Could the cello be the new ukulele? I mean, with excellent new CDs by such cellist-sometimes vocalists-composers as Linnea Olsson and Zoë Keating, added to Canadian musician Kevin Fox‘s haunting “Songs for Cello & Voice,” the classical instrument may soon take its place alongside the uke among the talismans of musical hipsterdom. Of course, the fact that the aforementioned cellists play the darned thing very, very well certainly helps.
Now we may add another impressive talent to this mini-movement. A New York City native of Haitian heritage, Leyla McCalla studied the cello for one year under the late John Sessions at Smith College before completing her education at NYU. Now based in New Orleans, Ms. McCalla is focused on her career as a solo singer-cellist-multi-instrumentalist-composer (lend me a hyphen!) after touring with the acclaimed Carolina Chocolate Drops.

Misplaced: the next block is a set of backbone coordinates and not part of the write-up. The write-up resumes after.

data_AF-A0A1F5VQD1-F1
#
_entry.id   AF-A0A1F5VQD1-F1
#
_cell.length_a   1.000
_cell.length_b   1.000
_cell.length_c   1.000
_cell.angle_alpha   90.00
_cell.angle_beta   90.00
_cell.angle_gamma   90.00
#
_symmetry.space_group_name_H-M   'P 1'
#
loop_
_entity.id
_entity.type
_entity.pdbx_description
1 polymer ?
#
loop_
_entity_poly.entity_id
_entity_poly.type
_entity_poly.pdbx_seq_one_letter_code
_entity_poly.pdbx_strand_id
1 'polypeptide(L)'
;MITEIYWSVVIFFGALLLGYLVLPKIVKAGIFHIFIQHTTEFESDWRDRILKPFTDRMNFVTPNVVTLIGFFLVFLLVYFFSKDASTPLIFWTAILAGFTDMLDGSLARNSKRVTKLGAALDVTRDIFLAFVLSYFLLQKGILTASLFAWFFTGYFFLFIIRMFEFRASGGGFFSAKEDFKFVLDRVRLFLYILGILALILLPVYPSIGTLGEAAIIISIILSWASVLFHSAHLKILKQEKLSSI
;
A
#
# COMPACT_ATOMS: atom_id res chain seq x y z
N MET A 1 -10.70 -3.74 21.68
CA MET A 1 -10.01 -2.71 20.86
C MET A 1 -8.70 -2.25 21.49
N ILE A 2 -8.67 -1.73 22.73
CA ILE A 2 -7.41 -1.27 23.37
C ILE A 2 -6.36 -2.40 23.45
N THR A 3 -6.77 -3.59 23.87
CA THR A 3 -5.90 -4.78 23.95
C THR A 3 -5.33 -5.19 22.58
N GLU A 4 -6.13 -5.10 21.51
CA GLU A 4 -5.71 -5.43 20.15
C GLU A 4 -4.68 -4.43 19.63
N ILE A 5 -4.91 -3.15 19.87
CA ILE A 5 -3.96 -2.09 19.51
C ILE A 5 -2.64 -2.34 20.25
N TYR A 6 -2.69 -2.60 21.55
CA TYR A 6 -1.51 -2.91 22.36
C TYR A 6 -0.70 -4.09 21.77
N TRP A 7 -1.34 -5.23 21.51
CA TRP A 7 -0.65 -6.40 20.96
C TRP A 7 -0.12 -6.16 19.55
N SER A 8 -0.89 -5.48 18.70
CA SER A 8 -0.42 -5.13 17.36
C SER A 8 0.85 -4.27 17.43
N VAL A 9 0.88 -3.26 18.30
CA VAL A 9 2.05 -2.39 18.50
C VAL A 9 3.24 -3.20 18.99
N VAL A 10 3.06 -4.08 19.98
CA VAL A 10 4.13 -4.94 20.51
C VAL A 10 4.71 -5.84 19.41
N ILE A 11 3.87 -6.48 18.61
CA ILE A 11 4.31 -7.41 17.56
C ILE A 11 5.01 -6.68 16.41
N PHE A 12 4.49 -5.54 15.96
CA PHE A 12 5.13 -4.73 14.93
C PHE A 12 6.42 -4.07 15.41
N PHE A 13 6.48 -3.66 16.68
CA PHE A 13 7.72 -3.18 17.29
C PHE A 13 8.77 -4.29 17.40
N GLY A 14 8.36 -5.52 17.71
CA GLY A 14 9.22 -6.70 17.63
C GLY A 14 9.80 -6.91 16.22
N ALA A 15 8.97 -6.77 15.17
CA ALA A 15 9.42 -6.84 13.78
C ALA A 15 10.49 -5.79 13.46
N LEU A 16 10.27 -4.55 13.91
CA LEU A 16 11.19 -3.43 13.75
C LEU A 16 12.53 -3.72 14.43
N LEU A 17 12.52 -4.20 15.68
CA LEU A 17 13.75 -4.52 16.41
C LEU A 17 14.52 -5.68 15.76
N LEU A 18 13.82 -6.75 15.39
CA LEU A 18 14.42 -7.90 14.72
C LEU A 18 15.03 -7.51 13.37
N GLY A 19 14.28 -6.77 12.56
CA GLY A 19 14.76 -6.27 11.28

And wow, what a career she seems poised to enjoy! Give one listen to Leyla McCalla’s new CD, “Vari-Colored Songs — A Tribute to Langston Hughes,” and you’ll add another name to your list of unclassifiable, unforgettable musicians, of the kind to give much hope to even the most pessimistic bewailers of the current state of American musical culture.
Consisting of settings of Langston Hughes’s poetry, arrangements of Haitian folk tunes and a few originals, the new CD features McCalla’s folk-jazz mezzo accompanied by her cello, banjo and guitar, abetted by such stalwarts as Rhiannon Giddens (from the Chocolate Drops) and Don Vappie. Simple, natural and direct, this is music of artistry, not artifice, of affection, not affectation. And I would challenge any classical composer to frame Hughes’s lyrics as sympathetically.
As lagniappe, Leyla McCalla is appearing Wednesday evening at the Iron Horse. See you there?